By Ben Blanchard
BEIJING (Reuters) - Tokyo's governor said on Saturday that he had passed on a message from Japanese Prime Minister Shinzo Abe to Chinese leaders that Abe wants relations to improve, during a rare high-level visit as bilateral ties continue to sour.
Governor Yoichi Masuzoe, who was Abe's favored candidate during the governor election in February, said he delivered the message on behalf of Abe to China's Vice Premier Wang Yang and former top Chinese diplomat Tang Jiaxuan.
Masuzoe said Wang told him in turn to pass on a message that Japanese leaders needed to both speak and act more cautiously.
The 65-year-old Masuzoe is at the end of a three-day visit to China that analysts have said had the potential to open an alternate channel of dialogue between the countries.
"In my meetings with Chinese leaders, I said that Prime Minister Abe totally supported my visit, and that he hoped Sino-Japan relations could take a turn for the better," Masuzoe said at a news conference.
"If this can even help just a little to dispel some misunderstandings or areas where there is not enough understanding, then this will be the best thing about my visit."
However, Masuzoe said he had not passed on any formal letter from the Japanese government to Chinese leaders.
Local Japanese politicians have in the past played a part in efforts to repair Japan's ties with China.
In 1971, when the government of Prime Minister Eisaku Sato was keen to normalize ties with Beijing, the Socialist governor of Tokyo Ryokichi Minobe, was asked to deliver to Chinese leaders a letter from the ruling Liberal Democratic Party (LDP) secretary-general.
China would not, however, accept the letter, historical accounts say. Sino-Japan diplomatic ties were not normalized until 1972, under Sato's successor, Kakuei Tanaka.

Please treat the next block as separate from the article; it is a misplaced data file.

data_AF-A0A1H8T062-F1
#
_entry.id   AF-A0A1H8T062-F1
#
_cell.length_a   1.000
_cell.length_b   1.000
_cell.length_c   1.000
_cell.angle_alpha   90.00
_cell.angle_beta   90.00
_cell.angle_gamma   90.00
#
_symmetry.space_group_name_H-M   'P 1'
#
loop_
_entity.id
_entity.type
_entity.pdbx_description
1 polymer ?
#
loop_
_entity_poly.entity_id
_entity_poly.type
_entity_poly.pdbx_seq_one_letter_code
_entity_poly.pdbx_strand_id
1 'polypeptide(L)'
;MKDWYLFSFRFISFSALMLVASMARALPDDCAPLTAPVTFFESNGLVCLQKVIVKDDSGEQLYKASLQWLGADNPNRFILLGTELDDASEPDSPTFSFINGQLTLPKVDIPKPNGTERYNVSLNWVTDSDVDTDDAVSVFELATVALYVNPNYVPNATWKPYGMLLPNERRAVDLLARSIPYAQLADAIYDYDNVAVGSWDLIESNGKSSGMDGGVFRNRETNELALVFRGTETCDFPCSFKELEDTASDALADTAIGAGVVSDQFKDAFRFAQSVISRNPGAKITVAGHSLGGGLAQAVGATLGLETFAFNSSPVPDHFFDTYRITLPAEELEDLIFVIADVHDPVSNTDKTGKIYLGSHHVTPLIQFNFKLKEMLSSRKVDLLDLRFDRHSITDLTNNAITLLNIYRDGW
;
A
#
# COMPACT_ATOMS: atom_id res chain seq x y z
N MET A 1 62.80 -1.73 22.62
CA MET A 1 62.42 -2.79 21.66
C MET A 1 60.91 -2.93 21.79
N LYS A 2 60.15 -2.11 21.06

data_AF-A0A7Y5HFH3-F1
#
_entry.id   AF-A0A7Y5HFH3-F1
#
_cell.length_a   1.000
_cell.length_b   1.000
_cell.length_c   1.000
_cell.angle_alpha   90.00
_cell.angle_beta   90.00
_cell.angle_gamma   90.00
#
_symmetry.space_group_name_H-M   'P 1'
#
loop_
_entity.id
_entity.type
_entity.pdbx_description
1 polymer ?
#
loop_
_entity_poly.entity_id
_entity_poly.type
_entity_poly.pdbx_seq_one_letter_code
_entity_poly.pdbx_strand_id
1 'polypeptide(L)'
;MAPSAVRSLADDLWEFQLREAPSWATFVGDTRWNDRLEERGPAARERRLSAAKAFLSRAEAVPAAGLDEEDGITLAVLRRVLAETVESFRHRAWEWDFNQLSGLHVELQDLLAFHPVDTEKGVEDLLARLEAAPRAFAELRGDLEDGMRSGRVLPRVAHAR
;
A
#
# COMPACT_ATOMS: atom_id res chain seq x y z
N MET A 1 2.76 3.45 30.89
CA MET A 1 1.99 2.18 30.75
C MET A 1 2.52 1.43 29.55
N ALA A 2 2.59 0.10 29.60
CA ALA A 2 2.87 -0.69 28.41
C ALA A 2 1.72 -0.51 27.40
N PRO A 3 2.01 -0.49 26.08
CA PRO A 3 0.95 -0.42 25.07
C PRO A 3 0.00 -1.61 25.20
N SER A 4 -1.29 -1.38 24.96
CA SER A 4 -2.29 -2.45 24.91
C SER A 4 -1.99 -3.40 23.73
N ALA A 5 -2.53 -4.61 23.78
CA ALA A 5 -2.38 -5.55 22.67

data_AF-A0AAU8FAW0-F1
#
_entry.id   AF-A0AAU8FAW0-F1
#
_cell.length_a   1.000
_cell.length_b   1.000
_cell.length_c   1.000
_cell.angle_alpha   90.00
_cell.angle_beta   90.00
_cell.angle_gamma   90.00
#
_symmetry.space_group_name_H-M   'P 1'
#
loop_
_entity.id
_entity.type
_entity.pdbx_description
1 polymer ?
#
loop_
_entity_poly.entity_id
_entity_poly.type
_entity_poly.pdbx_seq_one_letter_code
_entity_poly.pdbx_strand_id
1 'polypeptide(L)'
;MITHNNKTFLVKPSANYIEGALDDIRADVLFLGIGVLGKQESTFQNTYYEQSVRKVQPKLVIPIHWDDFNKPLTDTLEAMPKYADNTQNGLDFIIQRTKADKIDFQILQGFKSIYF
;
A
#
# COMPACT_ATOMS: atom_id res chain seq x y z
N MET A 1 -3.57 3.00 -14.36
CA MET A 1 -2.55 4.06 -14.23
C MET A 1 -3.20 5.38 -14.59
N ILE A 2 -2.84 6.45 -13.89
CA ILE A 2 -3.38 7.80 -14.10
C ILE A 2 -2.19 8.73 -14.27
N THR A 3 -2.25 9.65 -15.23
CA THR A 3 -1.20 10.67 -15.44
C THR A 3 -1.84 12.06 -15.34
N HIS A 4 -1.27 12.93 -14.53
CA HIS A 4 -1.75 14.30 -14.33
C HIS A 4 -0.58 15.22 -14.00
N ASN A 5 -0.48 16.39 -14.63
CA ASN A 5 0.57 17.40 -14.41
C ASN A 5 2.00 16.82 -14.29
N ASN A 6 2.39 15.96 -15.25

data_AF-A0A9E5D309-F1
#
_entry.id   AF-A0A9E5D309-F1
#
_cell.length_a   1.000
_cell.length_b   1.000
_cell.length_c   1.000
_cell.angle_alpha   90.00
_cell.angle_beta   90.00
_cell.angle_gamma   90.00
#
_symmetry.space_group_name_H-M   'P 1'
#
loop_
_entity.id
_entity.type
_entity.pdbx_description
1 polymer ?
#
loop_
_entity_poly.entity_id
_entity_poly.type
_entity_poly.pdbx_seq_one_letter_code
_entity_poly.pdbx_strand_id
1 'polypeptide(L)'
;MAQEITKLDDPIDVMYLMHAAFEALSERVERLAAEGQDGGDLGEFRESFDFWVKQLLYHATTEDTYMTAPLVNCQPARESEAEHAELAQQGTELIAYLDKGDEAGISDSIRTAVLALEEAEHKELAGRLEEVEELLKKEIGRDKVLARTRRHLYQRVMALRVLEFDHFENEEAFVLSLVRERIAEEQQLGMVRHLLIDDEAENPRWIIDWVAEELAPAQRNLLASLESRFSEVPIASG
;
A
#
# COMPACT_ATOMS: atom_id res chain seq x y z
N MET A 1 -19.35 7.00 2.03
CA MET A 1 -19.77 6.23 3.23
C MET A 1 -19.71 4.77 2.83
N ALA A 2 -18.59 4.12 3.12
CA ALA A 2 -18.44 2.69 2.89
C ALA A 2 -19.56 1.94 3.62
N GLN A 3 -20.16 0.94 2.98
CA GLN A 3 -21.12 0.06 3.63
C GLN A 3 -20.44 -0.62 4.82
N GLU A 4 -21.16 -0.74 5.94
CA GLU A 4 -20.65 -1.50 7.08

Ties have been strained by a territorial dispute over a string of tiny islets in the East China Sea, known as the Diaoyu to the Chinese and the Senkaku to the Japanese, and Abe's visit last year to the controversial Yasukuni Shrine, where Japanese war criminals are honored among the country's war dead.
Masuzoe said Wang had told him that "Japanese politicians ought to speak and act cautiously, and not do anything to hinder the development of cooperative relations".
Masuzoe told Wang he would pass this message to Abe.
"He (Wang) said that no matter whether Chinese people or Japanese people, they all want to get along in a friendly way," Masuzoe said, adding that he told Wang that he agreed with him.
Masuzoe told Abe in early April that he hoped his visit to Beijing would help improve bilateral relations. "I told this to the Chinese leaders that Prime Minister Abe supported and understood my desire to push city-to-city diplomacy," he said.
Masuzoe's announcement came as two Chinese ships entered waters near the disputed islands for the first time in two weeks, the Kyodo news agency reported.
It also came five days after Abe made an offering to Yasukuni Shrine, prompting China to question Japan's commitment to dialogue.
On Friday, U.S. President Barack Obama wrapped up a state visit to Japan during which he assured Tokyo that Washington would come to its defense, including of the disputed isles with China, because of its defense treaty. Those comments drew a swift rebuke from Beijing.
Masuzoe said he did not discuss the U.S.-Japan security treaty with Wang, who was the most senior Chinese leader he met.
Compounding China's suspicion of Japan is the belief that Abe is intent on revising the pacifist constitution that Japan adopted after its World War Two defeat.
Relations have long been soured by Chinese resentment of Japan's wartime occupation of large parts of China and the belief that Japan has never properly atoned for its actions.
Masuzoe said he discussed with the Beijing Mayor Wang Anshun about how Tokyo can help in the battle against pollution and how Tokyo can learn from Beijing's experience at hosting an Olympics. Tokyo will host the summer Olympics in 2020.
(Additional reporting by Joseph Campbell, and Yuka Obayashi in Tokyo; Writing by Sui-Lee Wee; Editing by Kim Coghill)